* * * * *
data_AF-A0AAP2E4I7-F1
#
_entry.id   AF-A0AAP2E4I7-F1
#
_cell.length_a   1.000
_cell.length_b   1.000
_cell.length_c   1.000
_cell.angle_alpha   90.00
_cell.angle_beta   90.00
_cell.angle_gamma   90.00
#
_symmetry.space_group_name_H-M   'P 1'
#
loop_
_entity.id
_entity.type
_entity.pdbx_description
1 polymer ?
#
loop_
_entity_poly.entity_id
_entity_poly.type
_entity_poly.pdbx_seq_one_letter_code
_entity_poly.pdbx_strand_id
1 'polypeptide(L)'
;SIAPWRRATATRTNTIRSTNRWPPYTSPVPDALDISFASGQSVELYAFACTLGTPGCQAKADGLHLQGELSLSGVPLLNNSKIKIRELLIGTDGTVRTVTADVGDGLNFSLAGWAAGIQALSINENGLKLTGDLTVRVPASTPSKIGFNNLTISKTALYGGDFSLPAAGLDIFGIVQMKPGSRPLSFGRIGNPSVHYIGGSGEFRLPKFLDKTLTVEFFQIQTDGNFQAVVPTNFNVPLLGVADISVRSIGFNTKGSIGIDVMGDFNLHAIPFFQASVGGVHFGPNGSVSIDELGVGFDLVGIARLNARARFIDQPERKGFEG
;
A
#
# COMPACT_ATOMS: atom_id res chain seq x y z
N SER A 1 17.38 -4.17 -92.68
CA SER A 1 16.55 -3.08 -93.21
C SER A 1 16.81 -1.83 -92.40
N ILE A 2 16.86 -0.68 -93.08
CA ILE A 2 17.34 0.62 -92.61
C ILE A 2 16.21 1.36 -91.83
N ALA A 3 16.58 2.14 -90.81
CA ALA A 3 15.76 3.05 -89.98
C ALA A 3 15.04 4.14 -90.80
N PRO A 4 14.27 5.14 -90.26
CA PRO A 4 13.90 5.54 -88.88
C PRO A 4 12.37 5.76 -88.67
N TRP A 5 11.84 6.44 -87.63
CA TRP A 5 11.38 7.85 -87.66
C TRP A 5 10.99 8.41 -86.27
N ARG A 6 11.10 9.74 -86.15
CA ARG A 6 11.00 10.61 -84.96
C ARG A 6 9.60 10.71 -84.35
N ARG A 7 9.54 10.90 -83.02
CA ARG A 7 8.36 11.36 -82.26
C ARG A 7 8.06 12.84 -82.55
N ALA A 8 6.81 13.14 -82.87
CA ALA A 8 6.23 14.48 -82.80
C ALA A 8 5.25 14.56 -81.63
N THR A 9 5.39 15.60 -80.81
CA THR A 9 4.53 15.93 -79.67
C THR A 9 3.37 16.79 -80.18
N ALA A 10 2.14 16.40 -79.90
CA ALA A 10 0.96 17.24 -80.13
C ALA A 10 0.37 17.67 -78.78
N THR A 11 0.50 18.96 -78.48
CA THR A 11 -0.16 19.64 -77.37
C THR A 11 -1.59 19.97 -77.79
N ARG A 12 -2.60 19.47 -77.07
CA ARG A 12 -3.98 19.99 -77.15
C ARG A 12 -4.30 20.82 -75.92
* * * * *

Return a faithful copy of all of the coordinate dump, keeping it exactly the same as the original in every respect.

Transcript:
data_AF-A0AAP2E4I7-F1
#
_entry.id   AF-A0AAP2E4I7-F1
#
_cell.length_a   1.000
_cell.length_b   1.000
_cell.length_c   1.000
_cell.angle_alpha   90.00
_cell.angle_beta   90.00
_cell.angle_gamma   90.00
#
_symmetry.space_group_name_H-M   'P 1'
#
loop_
_entity.id
_entity.type
_entity.pdbx_description
1 polymer ?
#
loop_
_entity_poly.entity_id
_entity_poly.type
_entity_poly.pdbx_seq_one_letter_code
_entity_poly.pdbx_strand_id
1 'polypeptide(L)'
;SIAPWRRATATRTNTIRSTNRWPPYTSPVPDALDISFASGQSVELYAFACTLGTPGCQAKADGLHLQGELSLSGVPLLNNSKIKIRELLIGTDGTVRTVTADVGDGLNFSLAGWAAGIQALSINENGLKLTGDLTVRVPASTPSKIGFNNLTISKTALYGGDFSLPAAGLDIFGIVQMKPGSRPLSFGRIGNPSVHYIGGSGEFRLPKFLDKTLTVEFFQIQTDGNFQAVVPTNFNVPLLGVADISVRSIGFNTKGSIGIDVMGDFNLHAIPFFQASVGGVHFGPNGSVSIDELGVGFDLVGIARLNARARFIDQPERKGFEG
;
A
#
# COMPACT_ATOMS: atom_id res chain seq x y z
N SER A 1 17.38 -4.17 -92.68
CA SER A 1 16.55 -3.08 -93.21
C SER A 1 16.81 -1.83 -92.40
N ILE A 2 16.86 -0.68 -93.08
CA ILE A 2 17.34 0.62 -92.61
C ILE A 2 16.21 1.36 -91.83
N ALA A 3 16.58 2.14 -90.81
CA ALA A 3 15.76 3.05 -89.98
C ALA A 3 15.04 4.14 -90.80
N PRO A 4 14.27 5.14 -90.26
CA PRO A 4 13.90 5.54 -88.88
C PRO A 4 12.37 5.76 -88.67
N TRP A 5 11.84 6.44 -87.63
CA TRP A 5 11.38 7.85 -87.66
C TRP A 5 10.99 8.41 -86.27
N ARG A 6 11.10 9.74 -86.15
CA ARG A 6 11.00 10.61 -84.96
C ARG A 6 9.60 10.71 -84.35
N ARG A 7 9.54 10.90 -83.02
CA ARG A 7 8.36 11.36 -82.26
C ARG A 7 8.06 12.84 -82.55
N ALA A 8 6.81 13.14 -82.87
CA ALA A 8 6.23 14.48 -82.80
C ALA A 8 5.25 14.56 -81.63
N THR A 9 5.39 15.60 -80.81
CA THR A 9 4.53 15.93 -79.67
C THR A 9 3.37 16.79 -80.18
N ALA A 10 2.14 16.40 -79.90
CA ALA A 10 0.96 17.24 -80.13
C ALA A 10 0.37 17.67 -78.78
N THR A 11 0.50 18.96 -78.48
CA THR A 11 -0.16 19.64 -77.37
C THR A 11 -1.59 19.97 -77.79
N ARG A 12 -2.60 19.47 -77.07
CA ARG A 12 -3.98 19.99 -77.15
C ARG A 12 -4.30 20.82 -75.92